Sebastian Vettel (Ferrari), Alexander Albon (Red Bull) and Valtteri Bottas (Mercedes) are all yet to sign deals for 2021, leaving the door open to Ricciardo who was linked to all three teams before leaving Red Bull.
Assuming he does enough this season to keep his suitors’ interest, the pressure will be on Renault to prove to Ricciardo it’s worth staying.
Lose him, and there becomes very little about Renault that makes it look like the big team it once was.
Regardless, there are scores to be settled, championships to be claimed and races to be run. Can more records be broken?
Here are foxsports.com.au’s bumper burning questions ahead of season 2020.
WILL MCLAUGHLIN FUTURE DICTATE THREE-PEAT BID?
Scott McLaughlin. The champ. The wizard. The mountain man. The record breaker. 2019 was his season, by the stretch of Conrod Straight. The 26-year-old has a major shout at history in 2020, with the Shell V-Power Racing ace looking to become the first new champion to win three titles on the trot.
Still, whispers of America – well, they’re not whispers anymore – remain that key burning question. Will he stay? Will he go? Who knows? Either outcome is a good outcome for the Kiwi, who has the world at his feet at this very minute. However, 2020 presents McLaughlin – and his rivals – with a chance to really drive home who really has what it takes, with a raft of definitive aero and engine tweaks and a new control shock absorber.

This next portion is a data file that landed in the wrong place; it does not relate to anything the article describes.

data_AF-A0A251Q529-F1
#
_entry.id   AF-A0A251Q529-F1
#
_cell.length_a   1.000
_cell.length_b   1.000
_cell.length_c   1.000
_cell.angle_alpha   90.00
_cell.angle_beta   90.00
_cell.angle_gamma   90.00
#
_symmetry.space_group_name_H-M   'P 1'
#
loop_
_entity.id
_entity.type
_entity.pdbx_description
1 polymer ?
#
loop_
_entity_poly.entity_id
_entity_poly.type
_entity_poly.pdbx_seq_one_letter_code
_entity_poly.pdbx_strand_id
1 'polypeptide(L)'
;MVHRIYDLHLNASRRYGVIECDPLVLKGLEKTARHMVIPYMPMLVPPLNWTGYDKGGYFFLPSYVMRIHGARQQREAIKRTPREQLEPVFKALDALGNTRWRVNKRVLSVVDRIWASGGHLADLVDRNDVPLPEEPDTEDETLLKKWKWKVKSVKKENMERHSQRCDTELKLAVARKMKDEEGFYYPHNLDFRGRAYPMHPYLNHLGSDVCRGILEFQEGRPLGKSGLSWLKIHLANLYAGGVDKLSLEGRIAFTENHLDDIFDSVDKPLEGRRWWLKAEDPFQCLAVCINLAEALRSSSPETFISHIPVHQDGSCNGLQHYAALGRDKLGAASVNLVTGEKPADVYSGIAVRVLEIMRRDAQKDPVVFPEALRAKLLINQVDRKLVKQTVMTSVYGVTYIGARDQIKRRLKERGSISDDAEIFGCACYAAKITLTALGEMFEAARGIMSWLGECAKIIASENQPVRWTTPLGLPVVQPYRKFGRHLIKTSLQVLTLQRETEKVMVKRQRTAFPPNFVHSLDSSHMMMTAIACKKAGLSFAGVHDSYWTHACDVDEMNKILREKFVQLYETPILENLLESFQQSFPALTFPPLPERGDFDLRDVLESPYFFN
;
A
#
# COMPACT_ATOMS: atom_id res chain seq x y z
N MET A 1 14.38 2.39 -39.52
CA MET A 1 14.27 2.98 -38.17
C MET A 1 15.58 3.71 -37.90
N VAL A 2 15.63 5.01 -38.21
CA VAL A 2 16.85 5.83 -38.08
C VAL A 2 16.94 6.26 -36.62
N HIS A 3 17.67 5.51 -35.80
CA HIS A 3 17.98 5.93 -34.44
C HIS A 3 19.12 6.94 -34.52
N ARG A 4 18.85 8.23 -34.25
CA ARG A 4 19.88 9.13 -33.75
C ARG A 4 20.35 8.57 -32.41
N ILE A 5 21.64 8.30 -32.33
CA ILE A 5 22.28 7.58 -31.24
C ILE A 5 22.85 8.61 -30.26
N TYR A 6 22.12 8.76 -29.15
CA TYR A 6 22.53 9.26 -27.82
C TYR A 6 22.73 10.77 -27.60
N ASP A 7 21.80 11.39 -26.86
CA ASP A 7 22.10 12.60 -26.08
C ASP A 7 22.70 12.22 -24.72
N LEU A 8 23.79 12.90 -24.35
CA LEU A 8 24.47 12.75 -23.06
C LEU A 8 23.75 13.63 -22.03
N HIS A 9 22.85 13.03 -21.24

McLaughlin shredded the field to pieces in Adelaide last year as the Mustang hit the ground running. The previous two years on the Adelaide streets, Holden rival Shane van Gisbergen was near untouchable. How McLaughlin responds straight away after such a taxing 2019 campaign – and an exciting off-season featuring IndyCar tests and his wedding – will provide an early indication of just how seriously he’ll take 2020.